When Mike and Becca decided to install a new monitoring system at Payne Ranch, they opted to channel their funds into a modern solution that could function as an additional labour unit in the shed. This was particularly crucial during mating season, which traditionally required three people in the shed. With the new system, they can efficiently manage with just one person, significantly reducing labour demands.

The primary goal for implementing the new monitoring system was to gain deeper insights into rumination patterns and use this knowledge to boost production, particularly through the feed pad. Mike and Becca were also keen to eliminate the need for bulls during mating and to enhance the overall health of their animals. They believed that by closely monitoring their herd, they could achieve these objectives more effectively.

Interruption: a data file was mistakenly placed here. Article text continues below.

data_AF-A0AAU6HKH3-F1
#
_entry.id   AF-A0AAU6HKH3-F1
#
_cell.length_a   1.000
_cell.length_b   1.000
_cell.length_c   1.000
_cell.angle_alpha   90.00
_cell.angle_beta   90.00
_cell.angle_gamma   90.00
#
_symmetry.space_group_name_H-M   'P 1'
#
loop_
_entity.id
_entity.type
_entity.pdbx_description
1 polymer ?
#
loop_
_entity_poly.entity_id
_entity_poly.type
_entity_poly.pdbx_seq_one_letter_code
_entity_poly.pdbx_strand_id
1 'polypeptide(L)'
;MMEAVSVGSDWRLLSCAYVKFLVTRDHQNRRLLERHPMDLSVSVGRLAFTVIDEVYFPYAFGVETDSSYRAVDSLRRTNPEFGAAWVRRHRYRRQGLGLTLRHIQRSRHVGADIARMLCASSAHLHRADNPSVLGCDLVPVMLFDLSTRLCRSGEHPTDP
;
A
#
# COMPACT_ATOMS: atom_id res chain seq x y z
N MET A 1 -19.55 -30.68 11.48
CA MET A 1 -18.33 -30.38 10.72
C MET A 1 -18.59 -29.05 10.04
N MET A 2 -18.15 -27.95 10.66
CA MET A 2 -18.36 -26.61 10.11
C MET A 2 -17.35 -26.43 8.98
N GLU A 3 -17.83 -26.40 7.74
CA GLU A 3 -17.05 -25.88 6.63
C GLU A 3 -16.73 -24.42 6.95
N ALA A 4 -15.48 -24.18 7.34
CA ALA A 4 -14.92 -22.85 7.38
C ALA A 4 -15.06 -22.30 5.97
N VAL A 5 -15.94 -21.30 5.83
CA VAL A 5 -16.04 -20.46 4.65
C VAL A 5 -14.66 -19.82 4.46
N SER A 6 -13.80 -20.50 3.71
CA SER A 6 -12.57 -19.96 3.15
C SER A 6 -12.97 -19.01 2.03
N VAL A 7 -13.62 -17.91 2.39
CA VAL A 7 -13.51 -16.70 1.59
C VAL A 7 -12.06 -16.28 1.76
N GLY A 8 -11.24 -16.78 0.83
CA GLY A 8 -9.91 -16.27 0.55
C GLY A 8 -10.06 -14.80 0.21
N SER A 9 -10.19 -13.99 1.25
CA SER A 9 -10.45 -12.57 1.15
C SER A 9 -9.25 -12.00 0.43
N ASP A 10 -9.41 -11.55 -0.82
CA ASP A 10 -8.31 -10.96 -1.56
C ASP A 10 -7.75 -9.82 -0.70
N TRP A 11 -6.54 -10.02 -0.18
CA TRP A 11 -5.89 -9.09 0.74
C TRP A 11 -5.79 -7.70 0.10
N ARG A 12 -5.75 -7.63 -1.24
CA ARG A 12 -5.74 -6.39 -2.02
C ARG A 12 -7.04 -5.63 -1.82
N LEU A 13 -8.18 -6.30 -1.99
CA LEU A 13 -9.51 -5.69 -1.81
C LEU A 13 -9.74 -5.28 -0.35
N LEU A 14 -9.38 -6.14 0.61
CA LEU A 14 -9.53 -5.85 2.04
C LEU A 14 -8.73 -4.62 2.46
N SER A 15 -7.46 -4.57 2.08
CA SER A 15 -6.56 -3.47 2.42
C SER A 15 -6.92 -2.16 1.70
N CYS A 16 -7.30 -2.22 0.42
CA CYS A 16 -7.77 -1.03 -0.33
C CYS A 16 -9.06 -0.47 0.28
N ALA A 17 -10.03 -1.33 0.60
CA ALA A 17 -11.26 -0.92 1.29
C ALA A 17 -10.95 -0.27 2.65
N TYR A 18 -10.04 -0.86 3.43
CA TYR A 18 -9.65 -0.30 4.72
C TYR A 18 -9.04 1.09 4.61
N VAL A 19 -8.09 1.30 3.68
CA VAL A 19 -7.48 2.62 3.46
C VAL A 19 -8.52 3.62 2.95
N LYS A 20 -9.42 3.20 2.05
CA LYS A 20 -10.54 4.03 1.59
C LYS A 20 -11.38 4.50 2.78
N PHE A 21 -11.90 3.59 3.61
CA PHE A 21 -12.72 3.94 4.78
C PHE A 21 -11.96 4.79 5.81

Initially, Mike and Becca viewed the collars as an additional staff member—one that would continuously monitor the herd without the need for breaks or days off. Over time, their perspective has evolved to see the collars as essential tools for animal management. The collars have proven to be invaluable, simplifying the workload for staff and ensuring consistent, reliable monitoring of the herd’s health and behaviour.

When the decision was made to implement the new monitoring system, the overall sentiment among the Payne Ranch team was one of excitement, though there was some initial apprehension. The team was particularly apprehensive about the system’s accuracy in drafting cows in heat, especially since mating season had already begun when the collars were introduced. There was an initial perception that the cows were being drafted too late in their heat cycle. However, through the data and observations provided by the collars, the team learned that their previous method involved drafting slightly too early for optimal insemination. This new understanding led to improved timing and effectiveness in their breeding practices.